This map shows a Species Group product. It is one of hundreds of Species Group products developed through a partnership with the Marine-life Data and Analysis Team (MDAT). It was built from the MDAT Individual Species products that characterize the predicted distribution and abundance of cetacean species or species guilds, or bird species; or the surveyed biomass of fish species.
Some of these maps contain information about federally protected species. Additional information about the distribution, abundance, and range of species listed under the Marine Mammal Protection Act, the Endangered Species Act, the Migratory Bird Treaty Act, and the Magnuson-Stevens Fishery Conservation and Management Act is available at:
- NOAA Fisheries Office of Protected Resources
- NOAA Fisheries Greater Atlantic Region Protected Resources Division
- NOAA Fisheries Office of Habitat Conservation
- NOAA Fisheries Greater Atlantic Region Habitat Conservation Division
Species Group products provide a general overview of the total abundance, biomass, or number of species (richness) for groups of species that are similar because of the way they are managed, their ecology, or their sensitivity to specific stressors. The Northeast Regional Ocean Council’s Marine Life Work Groups, stakeholders, the Ecosystem Based Management Work Group, and similar proceedings in the Mid-Atlantic region helped determine what Species Groups should be mapped and what species should belong to each group.
Species Group products can help answer questions such as:
- Where do the highest number of endangered whale species overlap? (Species of Concern)
- Where are demersal fish most abundant? (Ecological Group)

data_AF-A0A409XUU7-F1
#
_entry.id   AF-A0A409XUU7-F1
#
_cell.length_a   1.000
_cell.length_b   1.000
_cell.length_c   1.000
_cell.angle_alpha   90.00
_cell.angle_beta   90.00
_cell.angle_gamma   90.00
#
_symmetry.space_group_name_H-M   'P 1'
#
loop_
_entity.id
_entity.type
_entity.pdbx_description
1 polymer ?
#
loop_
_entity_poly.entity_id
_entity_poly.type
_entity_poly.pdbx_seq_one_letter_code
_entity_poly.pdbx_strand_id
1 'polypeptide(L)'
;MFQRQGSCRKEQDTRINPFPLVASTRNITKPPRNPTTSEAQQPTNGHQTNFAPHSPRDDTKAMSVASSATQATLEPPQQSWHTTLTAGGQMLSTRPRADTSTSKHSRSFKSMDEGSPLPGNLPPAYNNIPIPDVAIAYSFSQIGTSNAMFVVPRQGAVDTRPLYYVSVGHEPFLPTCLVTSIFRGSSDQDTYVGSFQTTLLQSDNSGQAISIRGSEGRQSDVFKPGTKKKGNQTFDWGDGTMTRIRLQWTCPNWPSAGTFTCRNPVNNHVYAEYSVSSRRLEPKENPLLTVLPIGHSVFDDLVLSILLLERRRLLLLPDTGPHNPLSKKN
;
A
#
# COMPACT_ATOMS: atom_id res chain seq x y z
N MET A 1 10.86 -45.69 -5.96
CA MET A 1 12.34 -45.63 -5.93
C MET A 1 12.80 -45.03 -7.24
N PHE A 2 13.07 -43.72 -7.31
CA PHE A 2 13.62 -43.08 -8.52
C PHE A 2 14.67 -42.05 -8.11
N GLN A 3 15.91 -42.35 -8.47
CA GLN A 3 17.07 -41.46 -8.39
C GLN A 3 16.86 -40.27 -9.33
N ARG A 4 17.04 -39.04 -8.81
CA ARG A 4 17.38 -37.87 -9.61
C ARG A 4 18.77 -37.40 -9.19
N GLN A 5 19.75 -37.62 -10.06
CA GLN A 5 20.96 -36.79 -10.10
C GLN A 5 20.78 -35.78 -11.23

- Where are birds that are vulnerable to collision with offshore wind energy infrastructure most abundant? (Stressor Group)
Species Group products show annual averages of species patterns, they group as many as 81 species together on a single map, and they do not have specific associated estimates of uncertainty. For these reasons, Species Group products are a good starting point for further detailed analyses and exploration of the Individual Species products on which they are based.
To address specific questions, users should explore Individual Species map products. The entire marine life virtual reference library contains extremely detailed spatial and temporal information, including several measures of uncertainty to supplement each individual species map. These data are well suited to address specific questions in conjunction with site-specific data, scientific literature, public input, and many other information sources.
For more details about mapping approaches, specific methods, caveats, and limitations, see the Marine life Data and Analysis Team Technical Report on the Methods and Development of Marine-life Data.
This work represents the efforts of many individuals and funders. Use of these map products for spatial planning purposes is encouraged, with appropriate citations included in any reports or publications.
For all maps and data on this page please cite:
- Marine-life Data Analysis Team (MDAT; Patrick Halpin, Earvin Balderama, Jesse Cleary, Corrie Curtice, Michael Fogarty, Brian Kinlan, Charles Perretti, Marta Ribera, Jason Roberts, Emily Shumchenia, Arliss Winship). Marine life summary data products for Northeast ocean planning. Northeast Ocean Data. https://northeastoceandata.org. Accessed MM/DD/YYYY.
- Curtice C., J. Cleary, E. Shumchenia, and P.N. Halpin. 2019. Marine-life Data and Analysis Team (MDAT) Technical Report on the Methods and Development of Marine-life Data to Support Regional Ocean Planning and Management. Prepared on behalf of the Marine-life Data and Analysis Team (MDAT). Accessed at: https://seamap.env.duke.edu/models/MDAT/MDAT-Technical-Report.pdf.
For cetacean products, please cite (1), (2), and:
Roberts J.J., B.D. Best, L. Mannocci, E. Fujioka, P.N. Halpin, D.L. Palka, L.P. Garrison, K.D. Mullin, T.V.N. Cole, C.B. Khan, W.M. McLellan, D.A. Pabst, and G.G. Lockhart. 2016. Habitat-based cetacean density models for the U.S. Atlantic and Gulf of Mexico. Scientific Reports 6: 22615. doi: 10.1038/srep22615.
Roberts J.J., L. Mannocci, and P.N. Halpin. 2017. Final Project Report: Marine Species Density Data Gap Assessments and Update for the AFTT Study Area, 2016-2017 (Opt. Year 1). Document version 1.4. Report prepared for Naval Facilities Engineering Command, Atlantic by the Duke University Marine Geospatial Ecology Lab, Durham, NC.
For avian products, please cite (1), (2), and: